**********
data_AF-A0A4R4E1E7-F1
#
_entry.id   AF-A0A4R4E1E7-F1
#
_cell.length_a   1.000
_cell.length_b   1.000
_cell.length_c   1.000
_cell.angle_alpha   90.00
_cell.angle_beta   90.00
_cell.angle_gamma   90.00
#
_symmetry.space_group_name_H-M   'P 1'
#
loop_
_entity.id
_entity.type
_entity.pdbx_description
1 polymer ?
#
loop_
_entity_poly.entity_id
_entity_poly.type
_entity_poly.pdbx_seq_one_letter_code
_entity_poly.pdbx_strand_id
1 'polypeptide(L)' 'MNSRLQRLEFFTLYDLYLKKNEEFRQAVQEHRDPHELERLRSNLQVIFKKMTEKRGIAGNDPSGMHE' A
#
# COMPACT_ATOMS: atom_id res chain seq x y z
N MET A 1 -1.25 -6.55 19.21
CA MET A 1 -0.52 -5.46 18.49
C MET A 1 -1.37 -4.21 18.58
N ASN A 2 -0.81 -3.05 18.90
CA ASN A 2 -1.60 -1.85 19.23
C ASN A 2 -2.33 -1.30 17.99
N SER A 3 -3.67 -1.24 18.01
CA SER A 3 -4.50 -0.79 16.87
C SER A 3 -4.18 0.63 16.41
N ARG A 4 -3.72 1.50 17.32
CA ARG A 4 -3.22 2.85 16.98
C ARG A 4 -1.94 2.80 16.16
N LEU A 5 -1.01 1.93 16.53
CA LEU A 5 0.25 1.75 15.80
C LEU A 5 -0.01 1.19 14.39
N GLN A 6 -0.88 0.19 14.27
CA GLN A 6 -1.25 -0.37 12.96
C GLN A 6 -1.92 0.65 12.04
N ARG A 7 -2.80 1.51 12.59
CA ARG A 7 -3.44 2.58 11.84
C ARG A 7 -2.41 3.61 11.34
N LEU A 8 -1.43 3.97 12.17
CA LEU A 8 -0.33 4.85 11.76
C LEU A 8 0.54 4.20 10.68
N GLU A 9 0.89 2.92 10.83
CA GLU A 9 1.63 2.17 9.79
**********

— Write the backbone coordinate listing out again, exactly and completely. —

data_AF-A0A4R4E1E7-F1
#
_entry.id   AF-A0A4R4E1E7-F1
#
_cell.length_a   1.000
_cell.length_b   1.000
_cell.length_c   1.000
_cell.angle_alpha   90.00
_cell.angle_beta   90.00
_cell.angle_gamma   90.00
#
_symmetry.space_group_name_H-M   'P 1'
#
loop_
_entity.id
_entity.type
_entity.pdbx_description
1 polymer ?
#
loop_
_entity_poly.entity_id
_entity_poly.type
_entity_poly.pdbx_seq_one_letter_code
_entity_poly.pdbx_strand_id
1 'polypeptide(L)' 'MNSRLQRLEFFTLYDLYLKKNEEFRQAVQEHRDPHELERLRSNLQVIFKKMTEKRGIAGNDPSGMHE' A
#
# COMPACT_ATOMS: atom_id res chain seq x y z
N MET A 1 -1.25 -6.55 19.21
CA MET A 1 -0.52 -5.46 18.49
C MET A 1 -1.37 -4.21 18.58
N ASN A 2 -0.81 -3.05 18.90
CA ASN A 2 -1.60 -1.85 19.23
C ASN A 2 -2.33 -1.30 17.99
N SER A 3 -3.67 -1.24 18.01
CA SER A 3 -4.50 -0.79 16.87
C SER A 3 -4.18 0.63 16.41
N ARG A 4 -3.72 1.50 17.32
CA ARG A 4 -3.22 2.85 16.98
C ARG A 4 -1.94 2.80 16.16
N LEU A 5 -1.01 1.93 16.53
CA LEU A 5 0.25 1.75 15.80
C LEU A 5 -0.01 1.19 14.39
N GLN A 6 -0.88 0.19 14.27
CA GLN A 6 -1.25 -0.37 12.96
C GLN A 6 -1.92 0.65 12.04
N ARG A 7 -2.80 1.51 12.59
CA ARG A 7 -3.44 2.58 11.84
C ARG A 7 -2.41 3.61 11.34
N LEU A 8 -1.43 3.97 12.17
CA LEU A 8 -0.33 4.85 11.76
C LEU A 8 0.54 4.20 10.68
N GLU A 9 0.89 2.92 10.83
CA GLU A 9 1.63 2.17 9.79